'Help is on the way'
A pair of Lake Oswego business owners have teamed up to organize a fundraising event this weekend to benefit Puerto Rico. After being hit twice in just two weeks by Hurricanes Irma and Maria, an estimated 90 percent of the island is still without power due to crippled infrastructure.
"It's a humanitarian crisis, but the proportions are apocalyptic," says co-organizer Elba Cox, "After the storm, it was bad. But it's getting progressively worse."
The event, called "Help Is On The Way Puerto Rico," is scheduled from noon-5 p.m. on Sunday, Oct. 15, at McMenamins Crystal Ballroom in downtown Portland. Cox and co-organizer Diane Grover say that while the primary goal is to raise money for Puerto Rico, they're determined to make sure that the fundraiser is a positive event that also celebrates the natural beauty of the island.
Cox was born and raised in Puerto Rico and says she's been getting firsthand reports of the devastation from numerous friends and family who are still there. She now lives in West Linn and operates a realty agency in Lake Oswego.
Grover is a Lake Oswego attorney who specializes in immigration law. A few days after Hurricane Maria swept across Puerto Rico, she and Cox began talking about how they could help.
"We knew we needed to organize something, instead of just trying to do one thing here and one thing there," Cox says. "We didn't have the logistics available to us to start collecting items (from individual donors), so the fastest way that we can collect donations is to do an event."
Cox and Grover say they began simply by reaching out to friends and business contacts to ask for help and donations. But the project quickly snowballed, with dozens of groups and individuals offering to support and participate in the event, including State Rep. Andrea Salinas, who was recently appointed to the House District 38 seat in the Oregon Legislature.
"Luckily, we have very good people in the community who wanted to donate their talent," Cox says, "so we have food, music, theater, great organizers who started getting gifts for a raffle and silent auction. It has started to come together as an amazing event."
The fundraiser is billed as "an afternoon of Latin food, music and camaraderie," and Cox says she plans to draw on photos and videos from her own family in Puerto Rico to give visitors a firsthand look at the conditions on the ground — as well as how things looked before the hurricanes.
"It's an event for the family, and a chance for those who do not know Puerto Rico to get to know what Puerto Rico is all about," she says. "How it was, and how it is right now. Things will get better, but it's going to take some time."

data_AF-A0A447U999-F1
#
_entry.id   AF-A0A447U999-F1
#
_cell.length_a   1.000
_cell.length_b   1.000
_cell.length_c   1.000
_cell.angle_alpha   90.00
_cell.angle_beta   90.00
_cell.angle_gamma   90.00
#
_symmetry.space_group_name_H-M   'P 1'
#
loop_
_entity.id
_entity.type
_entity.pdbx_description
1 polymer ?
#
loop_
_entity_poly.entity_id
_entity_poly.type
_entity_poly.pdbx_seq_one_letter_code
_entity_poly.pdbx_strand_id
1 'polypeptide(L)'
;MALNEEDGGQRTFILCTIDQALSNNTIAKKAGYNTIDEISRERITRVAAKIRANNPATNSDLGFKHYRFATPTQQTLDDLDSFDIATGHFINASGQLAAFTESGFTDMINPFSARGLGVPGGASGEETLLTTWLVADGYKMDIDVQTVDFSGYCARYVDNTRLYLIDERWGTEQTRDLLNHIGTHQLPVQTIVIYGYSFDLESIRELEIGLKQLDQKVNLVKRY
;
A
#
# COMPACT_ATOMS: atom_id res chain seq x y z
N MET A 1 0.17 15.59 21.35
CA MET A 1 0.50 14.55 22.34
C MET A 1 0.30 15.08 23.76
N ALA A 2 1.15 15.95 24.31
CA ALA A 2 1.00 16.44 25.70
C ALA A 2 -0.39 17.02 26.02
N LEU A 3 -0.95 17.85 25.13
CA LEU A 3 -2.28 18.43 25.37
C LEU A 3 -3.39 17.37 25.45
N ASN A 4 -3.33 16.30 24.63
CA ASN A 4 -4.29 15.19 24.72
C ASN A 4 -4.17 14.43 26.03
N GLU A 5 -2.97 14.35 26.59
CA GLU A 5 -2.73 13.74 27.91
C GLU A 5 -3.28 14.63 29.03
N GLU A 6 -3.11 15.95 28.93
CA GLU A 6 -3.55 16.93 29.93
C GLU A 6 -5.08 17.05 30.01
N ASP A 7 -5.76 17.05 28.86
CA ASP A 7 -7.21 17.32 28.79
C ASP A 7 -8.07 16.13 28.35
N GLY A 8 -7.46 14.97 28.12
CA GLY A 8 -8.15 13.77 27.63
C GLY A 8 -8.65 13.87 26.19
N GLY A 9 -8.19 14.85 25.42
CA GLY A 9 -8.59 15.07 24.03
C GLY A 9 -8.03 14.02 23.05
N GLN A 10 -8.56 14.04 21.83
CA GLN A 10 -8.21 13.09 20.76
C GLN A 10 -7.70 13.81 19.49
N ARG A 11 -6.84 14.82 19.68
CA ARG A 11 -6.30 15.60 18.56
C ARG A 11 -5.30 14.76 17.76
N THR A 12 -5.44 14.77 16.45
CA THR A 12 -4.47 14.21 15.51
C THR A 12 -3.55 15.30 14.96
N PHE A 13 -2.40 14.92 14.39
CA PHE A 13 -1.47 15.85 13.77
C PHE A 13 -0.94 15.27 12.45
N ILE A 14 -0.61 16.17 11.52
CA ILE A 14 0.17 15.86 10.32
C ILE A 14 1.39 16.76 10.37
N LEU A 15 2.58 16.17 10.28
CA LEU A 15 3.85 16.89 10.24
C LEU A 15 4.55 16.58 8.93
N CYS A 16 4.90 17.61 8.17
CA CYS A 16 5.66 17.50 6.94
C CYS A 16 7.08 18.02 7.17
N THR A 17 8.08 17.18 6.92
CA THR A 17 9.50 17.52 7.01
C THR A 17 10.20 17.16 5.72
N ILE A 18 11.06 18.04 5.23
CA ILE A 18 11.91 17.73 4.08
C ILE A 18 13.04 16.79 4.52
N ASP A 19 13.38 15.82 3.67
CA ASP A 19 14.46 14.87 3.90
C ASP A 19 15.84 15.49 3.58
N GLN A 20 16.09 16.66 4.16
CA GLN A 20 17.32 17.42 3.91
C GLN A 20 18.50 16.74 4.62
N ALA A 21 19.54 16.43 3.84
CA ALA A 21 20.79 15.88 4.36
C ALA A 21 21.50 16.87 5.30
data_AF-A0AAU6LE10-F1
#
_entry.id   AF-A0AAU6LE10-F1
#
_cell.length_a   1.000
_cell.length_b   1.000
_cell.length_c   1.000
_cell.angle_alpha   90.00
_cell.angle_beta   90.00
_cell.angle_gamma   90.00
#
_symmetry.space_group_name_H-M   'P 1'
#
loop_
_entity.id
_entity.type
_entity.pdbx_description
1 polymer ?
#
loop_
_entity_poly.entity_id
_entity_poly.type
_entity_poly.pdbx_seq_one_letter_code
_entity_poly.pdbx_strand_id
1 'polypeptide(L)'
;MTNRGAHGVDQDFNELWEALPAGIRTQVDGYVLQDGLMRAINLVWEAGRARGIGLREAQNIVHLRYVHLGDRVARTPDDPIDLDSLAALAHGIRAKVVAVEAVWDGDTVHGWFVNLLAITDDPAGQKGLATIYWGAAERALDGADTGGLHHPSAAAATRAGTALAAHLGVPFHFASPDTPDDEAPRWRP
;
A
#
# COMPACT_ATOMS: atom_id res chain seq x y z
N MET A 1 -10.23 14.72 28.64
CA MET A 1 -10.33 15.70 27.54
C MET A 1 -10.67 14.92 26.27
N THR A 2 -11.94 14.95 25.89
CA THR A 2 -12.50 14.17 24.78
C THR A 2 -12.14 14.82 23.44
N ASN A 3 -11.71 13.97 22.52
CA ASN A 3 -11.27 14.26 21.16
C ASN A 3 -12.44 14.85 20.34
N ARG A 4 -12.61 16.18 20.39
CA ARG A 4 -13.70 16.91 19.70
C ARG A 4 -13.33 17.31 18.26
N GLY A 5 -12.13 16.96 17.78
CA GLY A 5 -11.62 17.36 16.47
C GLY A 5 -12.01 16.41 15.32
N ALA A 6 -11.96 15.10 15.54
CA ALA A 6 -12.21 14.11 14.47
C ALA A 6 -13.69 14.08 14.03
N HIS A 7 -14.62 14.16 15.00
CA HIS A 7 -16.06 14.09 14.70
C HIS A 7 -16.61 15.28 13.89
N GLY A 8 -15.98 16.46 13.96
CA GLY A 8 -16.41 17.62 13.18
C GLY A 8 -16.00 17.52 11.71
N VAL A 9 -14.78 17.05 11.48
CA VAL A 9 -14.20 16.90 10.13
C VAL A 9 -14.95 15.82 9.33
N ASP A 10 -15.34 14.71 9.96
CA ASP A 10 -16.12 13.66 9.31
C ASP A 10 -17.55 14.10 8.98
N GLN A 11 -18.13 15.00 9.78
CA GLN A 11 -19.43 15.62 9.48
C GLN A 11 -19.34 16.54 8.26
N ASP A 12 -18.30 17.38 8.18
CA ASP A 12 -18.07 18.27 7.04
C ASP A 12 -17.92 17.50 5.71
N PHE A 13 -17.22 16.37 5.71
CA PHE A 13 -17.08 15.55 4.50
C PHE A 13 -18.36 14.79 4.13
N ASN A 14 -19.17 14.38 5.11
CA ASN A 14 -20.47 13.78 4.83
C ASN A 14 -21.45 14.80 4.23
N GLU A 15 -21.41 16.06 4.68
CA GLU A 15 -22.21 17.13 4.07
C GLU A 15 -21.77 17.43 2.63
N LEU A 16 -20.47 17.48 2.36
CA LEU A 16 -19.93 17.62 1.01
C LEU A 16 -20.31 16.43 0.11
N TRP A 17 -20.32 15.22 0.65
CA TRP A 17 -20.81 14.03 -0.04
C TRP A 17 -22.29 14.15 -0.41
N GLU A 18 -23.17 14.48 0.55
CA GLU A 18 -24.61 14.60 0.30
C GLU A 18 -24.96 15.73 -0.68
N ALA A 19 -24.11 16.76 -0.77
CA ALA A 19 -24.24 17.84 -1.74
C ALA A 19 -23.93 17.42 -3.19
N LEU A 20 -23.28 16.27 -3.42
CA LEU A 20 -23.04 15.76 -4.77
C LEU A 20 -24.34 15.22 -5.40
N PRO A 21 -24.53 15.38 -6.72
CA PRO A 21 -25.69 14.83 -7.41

The immediate concerns in Puerto Rico are water and power, Cox says, but new challenges have already begun to emerge. The island's hot and humid conditions have been made worse because much of the foliage was ripped out, she says, and the lack of sanitation is already contributing to disease outbreaks. Puerto Rico's biggest economic drivers — the tourism, pharmaceutical and agriculture industries — have all been crippled, Grover adds.
Grover and Cox say their fundraising group has grown to include about eight core members. They've applied to register as a nonprofit with the State of Oregon, and they say they intend for Sunday's fundraiser to be just the first of many events.
Grover and Cox say their group will try to specialize for future events, focusing on collecting specific donations like clothing or medicine as the needs on the ground evolve. But for the moment, Cox says, the highest priority is simply aiding the groups already in Puerto Rico.
"We are Americans who are, right now, in need of help from other Americans," she says.
There wasn't time to establish the nonprofit for the first fundraiser, Grover says, so the money raised at the upcoming event will be going to One America Appeal, a hurricane relief effort created by former U.S. Presidents Jimmy Carter, George H.W. Bush, Bill Clinton, George W. Bush and Barack Obama.
One America was initially created to help respond to the damage from Hurricane Harvey, but it has since been expanded to focus on relief for all of the areas impacted by hurricanes this year.
For Puerto Rico's recovery efforts, One America has begun funding Unidos por Puerto Rico, a volunteer initiative created by Puerto Rico First Lady Beatriz Rosello after Hurricane Irma. It seeks to work with corporate partners in Puerto Rico to help distribute assistance and aid.
Cox says she also wants to make sure people stay focused on the continued need for help throughout the island. Relief and restoration efforts are making rapid progress in the coastal capital of San Juan, but that can mask the harsh conditions that persist in the interior of the island, she says.
"We're getting help, but the need is astronomical," Cox says. "Right now, the whole mainland is giving a hand to American citizens in Puerto Rico. If we can do just a little bit, it will be a great impact, no matter how small it is."
IF YOU GO
What: Fundraiser for hurricane victims in Puerto Rico
Where: McMenamins Crystal Ballroom, 1332 W. Burnside St., Portland
When: Noon-5 p.m. on Sunday, Oct. 15
Admission: $25 for adults, $15 for children
Tickets: Purchase online at http://wwwhelpisonthewaypuertorico.com or at the Crystal Ballroom ticket office.